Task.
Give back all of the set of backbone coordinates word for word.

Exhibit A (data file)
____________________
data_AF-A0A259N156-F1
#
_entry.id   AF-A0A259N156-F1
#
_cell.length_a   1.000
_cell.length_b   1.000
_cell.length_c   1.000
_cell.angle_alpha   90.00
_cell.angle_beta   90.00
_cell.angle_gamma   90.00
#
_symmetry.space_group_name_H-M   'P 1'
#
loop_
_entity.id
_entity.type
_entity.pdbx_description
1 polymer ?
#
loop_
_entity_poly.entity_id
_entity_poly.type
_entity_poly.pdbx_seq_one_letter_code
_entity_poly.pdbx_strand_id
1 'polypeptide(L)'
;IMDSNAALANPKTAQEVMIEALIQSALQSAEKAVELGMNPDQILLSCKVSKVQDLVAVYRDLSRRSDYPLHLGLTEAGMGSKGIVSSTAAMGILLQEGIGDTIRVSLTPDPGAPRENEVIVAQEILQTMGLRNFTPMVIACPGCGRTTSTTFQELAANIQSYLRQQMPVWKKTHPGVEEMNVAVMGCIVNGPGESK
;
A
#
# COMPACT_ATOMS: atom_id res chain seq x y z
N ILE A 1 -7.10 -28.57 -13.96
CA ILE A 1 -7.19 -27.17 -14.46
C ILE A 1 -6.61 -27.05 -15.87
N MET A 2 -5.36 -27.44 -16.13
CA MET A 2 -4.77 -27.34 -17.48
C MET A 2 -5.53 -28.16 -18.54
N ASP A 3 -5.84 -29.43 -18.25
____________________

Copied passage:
data_AF-A0A259N156-F1
#
_entry.id   AF-A0A259N156-F1
#
_cell.length_a   1.000
_cell.length_b   1.000
_cell.length_c   1.000
_cell.angle_alpha   90.00
_cell.angle_beta   90.00
_cell.angle_gamma   90.00
#
_symmetry.space_group_name_H-M   'P 1'
#
loop_
_entity.id
_entity.type
_entity.pdbx_description
1 polymer ?
#
loop_
_entity_poly.entity_id
_entity_poly.type
_entity_poly.pdbx_seq_one_letter_code
_entity_poly.pdbx_strand_id
1 'polypeptide(L)'
;IMDSNAALANPKTAQEVMIEALIQSALQSAEKAVELGMNPDQILLSCKVSKVQDLVAVYRDLSRRSDYPLHLGLTEAGMGSKGIVSSTAAMGILLQEGIGDTIRVSLTPDPGAPRENEVIVAQEILQTMGLRNFTPMVIACPGCGRTTSTTFQELAANIQSYLRQQMPVWKKTHPGVEEMNVAVMGCIVNGPGESK
;
A
#
# COMPACT_ATOMS: atom_id res chain seq x y z
N ILE A 1 -7.10 -28.57 -13.96
CA ILE A 1 -7.19 -27.17 -14.46
C ILE A 1 -6.61 -27.05 -15.87
N MET A 2 -5.36 -27.44 -16.13
CA MET A 2 -4.77 -27.34 -17.48
C MET A 2 -5.53 -28.16 -18.54
N ASP A 3 -5.84 -29.43 -18.25